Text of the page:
1. Which of the following is an assumption that supports drawing the conclusion above from the reasons given for that conclusion?

(A) Some history books consist almost exclusively of catalogues of historical facts.
(B) Different historians have different understanding of the relative importance between facts and theories within the study of history.
(C) Historians should be more explicit than most are now about the theoretical framework with which they write.
(D) History as a discipline is concerned only with historical facts, not with the theoretical explanations of those facts.
(E) Most books that present a wealth of historical facts include maps and charts as well.

In the twentieth century, the visual arts have embarked on major experimentation, from cubism to expressionism. While tastes always vary, there are certainly some people who find beautiful objects of each of the art movements of the first half of the twentieth century. In the latter half of the twentieth century, though, most works are so abstract or shocking that neither the critic nor the general public uses the word “beautiful” to describe them: indeed, sometimes late twentieth-century artists have, as one of their expressed goals, the creation of a work that no one could find beautiful. Whatever these artists are creating may be intellectually engaging at some level, but it is no longer art.

2. Which of the following is an assumption that supports drawing the conclusion above from the reasons given for that conclusion?

(A) Art critics generally have a different appraisal of a work of art than does the general public.
(B) The meaning of any work of art is defined entirely by the ideas of the artist who created it.
(C) Beauty is a defining quality of art.
(D) All art movements of the latter half of the twentieth century are responses to the movements of the first half of the century.
(E) It is not possible for any work to be simultaneously beautiful and intellectually engaging.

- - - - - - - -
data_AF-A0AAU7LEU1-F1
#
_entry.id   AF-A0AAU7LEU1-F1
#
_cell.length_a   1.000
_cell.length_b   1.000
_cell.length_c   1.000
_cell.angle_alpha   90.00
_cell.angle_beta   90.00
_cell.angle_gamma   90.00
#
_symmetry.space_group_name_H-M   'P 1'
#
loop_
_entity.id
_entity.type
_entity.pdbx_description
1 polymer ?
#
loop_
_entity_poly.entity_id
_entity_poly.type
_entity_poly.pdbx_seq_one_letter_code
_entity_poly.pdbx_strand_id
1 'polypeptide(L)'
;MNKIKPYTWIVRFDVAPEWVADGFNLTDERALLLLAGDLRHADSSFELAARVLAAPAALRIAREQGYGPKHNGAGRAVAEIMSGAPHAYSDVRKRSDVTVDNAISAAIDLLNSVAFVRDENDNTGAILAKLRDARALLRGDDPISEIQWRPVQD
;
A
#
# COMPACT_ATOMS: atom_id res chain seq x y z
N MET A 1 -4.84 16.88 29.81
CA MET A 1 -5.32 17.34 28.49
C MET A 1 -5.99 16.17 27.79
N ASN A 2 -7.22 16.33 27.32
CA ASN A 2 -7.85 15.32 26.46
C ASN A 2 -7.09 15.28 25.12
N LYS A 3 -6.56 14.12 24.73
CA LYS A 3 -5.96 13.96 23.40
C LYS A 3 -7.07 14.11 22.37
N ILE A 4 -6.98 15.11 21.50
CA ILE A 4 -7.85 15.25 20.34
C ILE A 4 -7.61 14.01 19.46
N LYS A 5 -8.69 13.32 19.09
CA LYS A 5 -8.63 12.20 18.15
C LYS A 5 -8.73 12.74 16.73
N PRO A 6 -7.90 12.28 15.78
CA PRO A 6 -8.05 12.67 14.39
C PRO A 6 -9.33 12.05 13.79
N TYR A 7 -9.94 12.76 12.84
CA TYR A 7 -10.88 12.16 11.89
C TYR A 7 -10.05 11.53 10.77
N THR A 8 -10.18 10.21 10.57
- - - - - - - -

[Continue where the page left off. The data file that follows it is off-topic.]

Most people can gain vitamin C from fruits such as oranges and cantaloupes. People with Laestrygonian Disease have weakened digestive systems that cannot digest fruit or vitamin supplements. The easiest foods for these people to digest are grains such as rice and barley. Regular intake of vitamin C would be extremely beneficial to those who suffer from Laestrygonian Disease, so scientists have figured out a way to create “fortified rice” by infusing rice with high doses of vitamin C. This fortified rice will provide great benefit to those with Laestrygonian Disease.

3. Which one of the following is an assumption on which the conclusion depends?

(A) Eventually, this fortified rice will be the optimal way for most people to have a regular intake of vitamin C.
(B) The problems that folks with Laestrygonian Disease have digesting fruit are different from their problems digesting vitamin supplements.
(C) People with Laestrygonian Disease will not be unable to assimilate the form of vitamin C that is present in the fortified rice.
(D) Only people whose diets consist largely of grains would be able to derive benefit from the vitamin C in the fortified rice.
(E) Vitamin C is the only nutrient which can be infused into rice in such high quantities without compromising the nutritional integrity of the vitamin.

If folks with Laestrygonian Disease cannot assimilate the Vitamin C in the rice, then it won’t help them, and eating the fortified rice will not provide them any particular benefit. If we negate this option, it shatters the argument. This is a true assumption.

(A) This may be true, although I am skeptical that any human-made improved food would be better than the fruits designed by Nature! Regardless, whether this is true or not does not have any bearing on how helpful the fortified rice will be for the folks with Laestrygonian Disease. This option is incorrect.

(B) This is intriguing. Let’s negate this. Suppose it were the exact same problem, say, the exact same missing enzyme, that made it impossible to digest both fruit and vitamin supplements. Then what? Would that mean they also couldn’t digest the fortified rice, or get the vitamin C they need from it? We cannot say. It’s conceivable that the argument could still work, so negating this does not destroy the argument. This is not an assumption.

(D) Let’s negate this. Suppose the fortified rice benefits everyone—even the no-carbs fanatic who hasn’t touched carbs in a decade: even when this person breaks his carb-fast and has the fortified rice, he has benefit from it. What then? Whether these other people benefit or not from the fortified rice has no bearing on whether it helps the folks with Laestrygonian Disease. This choice is incorrect.

(E) Let’s negate this. Suppose we can infused dozens of other vitamins and minerals into the rice, all with high nutritional yield. That would only be good for the folks with Laestrygonian Disease—the more vitamins, the better! It certainly would not impact whether these folks derived any benefit from the vitamin C in the rice. This choice is incorrect.